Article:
A deep dive into the origins and future of hip-hop
The artists that your favorite rappers of today were inspired by
Hip-hop has been the most popular genre in the United States since 2017. It’s no secret the genre has taken over the country, but what exactly is hip-hop, and how did it start?
Before there was the modern rap scene with acts like J. Cole, Kendrick Lamar and Drake, there was a long line of people who built the foundation for the greats we have today.
How was hip-hop created?
Hip-hop originated in New York City during the 1970s. It started out as strictly live music, reserved for loud nightclubs and street corners.
Block parties started up in the ‘70s as well, and DJs found that if they played just the percussion and no melody, it could create a genre in and of itself. The term hip-hop, however, was not used until this music first started being recorded.
DJ Kool Herc, known as the godfather of hip-hop, hosted live parties during this time with traditional hip-hop drums, building the foundation for the beats we know today.
Artists of this time drew crowds at different parties in the Bronx and eventually moved to Manhattan once the genre got more traction within the city. 1520 Sedgwick Ave. is credited as the birthplace of hip-hop, where Kool Herc threw a historic birthday party for his sister, and where the idea of hip-hop would first come into existence.
The main reason hip-hop gained traction and popularity was due to the oppression of Black and brown communities in New York.
Rappers told the unfiltered truth about their environment — how it was severely overpoliced, and how their resources were taken away by external forces such as the government.
Hip-hop as recorded music originated in rap groups because resources were limited in the Bronx, and it required multiple people to pool funds in order to have adequate resources for recording time and equipment.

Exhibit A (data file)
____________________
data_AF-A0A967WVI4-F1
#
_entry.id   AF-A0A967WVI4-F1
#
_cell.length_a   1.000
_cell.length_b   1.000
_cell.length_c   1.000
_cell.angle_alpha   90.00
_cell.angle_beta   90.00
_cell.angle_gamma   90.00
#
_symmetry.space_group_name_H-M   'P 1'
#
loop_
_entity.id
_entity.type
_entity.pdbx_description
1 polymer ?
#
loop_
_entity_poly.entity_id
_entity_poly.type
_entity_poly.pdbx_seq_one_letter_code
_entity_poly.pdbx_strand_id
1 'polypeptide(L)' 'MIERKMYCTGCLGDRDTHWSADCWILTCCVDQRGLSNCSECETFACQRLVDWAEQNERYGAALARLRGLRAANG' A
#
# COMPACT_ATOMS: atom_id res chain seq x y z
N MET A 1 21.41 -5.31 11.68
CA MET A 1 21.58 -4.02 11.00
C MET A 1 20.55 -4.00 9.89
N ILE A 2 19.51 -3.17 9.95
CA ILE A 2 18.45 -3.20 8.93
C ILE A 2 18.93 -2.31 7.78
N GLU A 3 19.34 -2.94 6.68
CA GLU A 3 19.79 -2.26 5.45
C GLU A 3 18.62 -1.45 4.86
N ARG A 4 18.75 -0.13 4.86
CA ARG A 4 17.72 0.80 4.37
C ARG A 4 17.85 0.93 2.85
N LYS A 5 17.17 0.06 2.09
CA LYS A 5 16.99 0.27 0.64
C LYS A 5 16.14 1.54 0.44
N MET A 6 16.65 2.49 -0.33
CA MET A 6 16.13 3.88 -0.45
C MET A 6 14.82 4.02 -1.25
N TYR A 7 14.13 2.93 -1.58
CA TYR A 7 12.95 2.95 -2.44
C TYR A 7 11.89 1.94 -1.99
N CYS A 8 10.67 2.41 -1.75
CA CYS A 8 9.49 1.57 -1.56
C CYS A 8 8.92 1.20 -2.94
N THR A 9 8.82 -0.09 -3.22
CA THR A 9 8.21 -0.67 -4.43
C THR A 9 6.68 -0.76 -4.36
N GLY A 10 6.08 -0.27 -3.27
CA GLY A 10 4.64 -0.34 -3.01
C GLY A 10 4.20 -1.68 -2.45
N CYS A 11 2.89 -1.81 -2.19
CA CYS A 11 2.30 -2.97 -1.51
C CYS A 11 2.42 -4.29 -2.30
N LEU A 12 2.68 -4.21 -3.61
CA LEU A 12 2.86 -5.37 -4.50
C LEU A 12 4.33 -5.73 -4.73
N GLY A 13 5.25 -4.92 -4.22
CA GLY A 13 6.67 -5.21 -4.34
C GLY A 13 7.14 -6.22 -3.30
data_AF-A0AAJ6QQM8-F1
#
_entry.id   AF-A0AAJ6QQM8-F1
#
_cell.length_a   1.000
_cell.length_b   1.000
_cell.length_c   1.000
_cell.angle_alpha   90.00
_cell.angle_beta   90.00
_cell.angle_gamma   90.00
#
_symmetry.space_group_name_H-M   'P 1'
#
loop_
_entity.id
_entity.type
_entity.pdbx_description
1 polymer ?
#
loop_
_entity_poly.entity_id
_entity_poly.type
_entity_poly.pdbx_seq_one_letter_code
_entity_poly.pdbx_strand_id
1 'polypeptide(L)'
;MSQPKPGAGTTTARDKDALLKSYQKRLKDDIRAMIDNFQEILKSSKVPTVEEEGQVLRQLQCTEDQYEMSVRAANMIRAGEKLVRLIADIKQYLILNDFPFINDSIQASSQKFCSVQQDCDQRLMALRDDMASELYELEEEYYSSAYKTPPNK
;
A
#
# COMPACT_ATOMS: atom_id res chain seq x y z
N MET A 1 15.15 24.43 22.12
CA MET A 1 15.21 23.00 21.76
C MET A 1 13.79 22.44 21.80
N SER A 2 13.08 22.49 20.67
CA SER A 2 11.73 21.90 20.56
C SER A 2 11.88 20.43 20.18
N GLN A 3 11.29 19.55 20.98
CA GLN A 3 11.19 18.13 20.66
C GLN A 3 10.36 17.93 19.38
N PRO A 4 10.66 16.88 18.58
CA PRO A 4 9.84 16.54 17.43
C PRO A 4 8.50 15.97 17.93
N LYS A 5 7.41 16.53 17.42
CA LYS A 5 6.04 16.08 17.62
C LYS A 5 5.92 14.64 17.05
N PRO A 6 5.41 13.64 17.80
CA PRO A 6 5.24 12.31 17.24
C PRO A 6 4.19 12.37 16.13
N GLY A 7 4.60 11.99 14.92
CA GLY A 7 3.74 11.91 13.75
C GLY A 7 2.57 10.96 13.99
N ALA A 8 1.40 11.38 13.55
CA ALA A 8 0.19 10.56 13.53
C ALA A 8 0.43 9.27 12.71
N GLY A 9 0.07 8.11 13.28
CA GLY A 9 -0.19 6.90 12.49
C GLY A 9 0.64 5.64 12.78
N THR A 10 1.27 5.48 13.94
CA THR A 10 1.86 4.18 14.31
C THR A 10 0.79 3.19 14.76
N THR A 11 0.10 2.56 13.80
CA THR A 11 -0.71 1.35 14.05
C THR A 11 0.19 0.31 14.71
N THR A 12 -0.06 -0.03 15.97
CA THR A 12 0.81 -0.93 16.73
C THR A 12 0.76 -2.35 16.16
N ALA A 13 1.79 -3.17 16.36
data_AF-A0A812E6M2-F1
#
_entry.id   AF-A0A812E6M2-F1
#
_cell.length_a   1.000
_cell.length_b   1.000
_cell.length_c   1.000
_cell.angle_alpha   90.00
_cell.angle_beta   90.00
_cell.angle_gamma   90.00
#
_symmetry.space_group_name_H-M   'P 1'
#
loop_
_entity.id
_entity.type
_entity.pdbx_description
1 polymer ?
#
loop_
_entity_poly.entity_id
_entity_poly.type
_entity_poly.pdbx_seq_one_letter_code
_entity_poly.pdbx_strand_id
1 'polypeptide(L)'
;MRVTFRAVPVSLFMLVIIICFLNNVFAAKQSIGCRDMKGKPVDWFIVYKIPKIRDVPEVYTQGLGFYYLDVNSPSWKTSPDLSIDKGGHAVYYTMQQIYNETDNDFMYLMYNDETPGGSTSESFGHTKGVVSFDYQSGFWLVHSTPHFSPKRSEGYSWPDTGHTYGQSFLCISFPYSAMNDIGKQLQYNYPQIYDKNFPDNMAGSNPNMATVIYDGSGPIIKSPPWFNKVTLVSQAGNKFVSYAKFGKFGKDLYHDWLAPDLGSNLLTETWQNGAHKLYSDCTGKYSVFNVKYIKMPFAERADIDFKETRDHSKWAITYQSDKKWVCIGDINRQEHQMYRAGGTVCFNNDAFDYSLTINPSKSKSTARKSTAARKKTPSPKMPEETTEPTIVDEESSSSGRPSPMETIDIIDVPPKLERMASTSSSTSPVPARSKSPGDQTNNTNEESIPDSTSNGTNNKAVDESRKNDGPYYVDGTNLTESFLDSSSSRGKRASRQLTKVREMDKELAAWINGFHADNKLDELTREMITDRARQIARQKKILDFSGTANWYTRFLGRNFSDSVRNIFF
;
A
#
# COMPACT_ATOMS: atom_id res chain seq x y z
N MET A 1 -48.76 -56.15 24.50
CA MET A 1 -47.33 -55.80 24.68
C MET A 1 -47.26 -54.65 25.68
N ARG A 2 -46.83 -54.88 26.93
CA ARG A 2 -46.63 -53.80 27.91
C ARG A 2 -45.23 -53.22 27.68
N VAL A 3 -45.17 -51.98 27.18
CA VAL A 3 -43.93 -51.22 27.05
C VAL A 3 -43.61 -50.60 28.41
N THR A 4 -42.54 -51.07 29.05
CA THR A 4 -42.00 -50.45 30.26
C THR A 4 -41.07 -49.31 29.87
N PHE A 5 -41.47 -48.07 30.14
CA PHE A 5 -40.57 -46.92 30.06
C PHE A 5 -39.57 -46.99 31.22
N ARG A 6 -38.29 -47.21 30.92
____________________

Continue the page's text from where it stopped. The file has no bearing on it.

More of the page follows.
“Rapper’s Delight” by The Sugarhill Gang was the first rap song officially recorded and published. “Rapper’s Delight” was also the first hip-hop single to reach the Top 40, and the name “hip-hop” actually originates from the song’s lyrics. Although the genre prides itself on original songwriting, the reality is that the first hip-hop record wasn’t written by the recording artist, with the lyrics on “Rapper’s Delight” accredited to Grandmaster Caz.
Another classic is “Walk This Way” by Run-D.M.C., which was the first hip-hop song to reach the Top 5 on the charts, and helped hip-hop evolve into a fusion of rock and rap instead of just the traditional brake drums.
Influential artists in the genre
DJ Kool Herc promoted brake drums in hip-hop to a large audience and inspired listeners of the genre to become rappers.
Groups such as the Cold Crush Brothers and Grandmaster Flash & The Furious Five were influential in starting the hip-hop genre and hosted live rap battles where emcees would take turns rapping over drum breaks. These two groups had a legendary rap battle between each other, and it got passed around in the streets, spreading the hype of hip-hop all over New York. This one battle inspired hundreds of emcees to take the craft more seriously.
As for more recent acts, Tupac Shakur, known professionally as 2Pac, influenced the poetic side of hip-hop. Although the storytelling aspect of hip-hop was present, 2Pac was able to convey emotions from his environment better than any other MC at the time. 2Pac set the groundwork for lyrical and conscious hip-hop.
In the modern day, many cite Drake for bringing hip-hop to intersect with pop listeners, creating a mix of traditional hip-hop combined with melodies to create something more accessible for a mainstream palate. While some may critique Drake for “watering down” the original form of hip-hop, Drake is heavily responsible for hip-hop’s rise to mainstream fame.
Hip-hop on an international level
Hip-hop has come a long way since that fateful DJ Kool Herc birthday party, and the genre has been used in countless ways outside of music since.
For example, many rappers from Iran have criticized their corrupt government through hip-hop, and due to censorship laws in the country, many of said artists have had to go abroad to release their music. The censorship and detainment many face for criticizing the government prove the exact point that artists are trying to make about the government’s corrupt nature.
Another example of international rappers making a difference is Vietnamese rapper Suboi, with her song N-Sao?, taking aim at corrupt police in Ho Chi Minh City.
Hip-hop has affected many lives, allowing people who were given a voice a chance to tell their story, and it has and continues to be a massive vehicle for political change.
So the next time you turn on the newest Drake pop-rap record, don’t forget about how the genre came to be, and the people who laid the groundwork for it to rise.
This article was edited by Sara Winick, Kylie Bill and Nina Heller. Copy editing done by Isabelle Kravis, Sophia Rocha and Stella Guzik.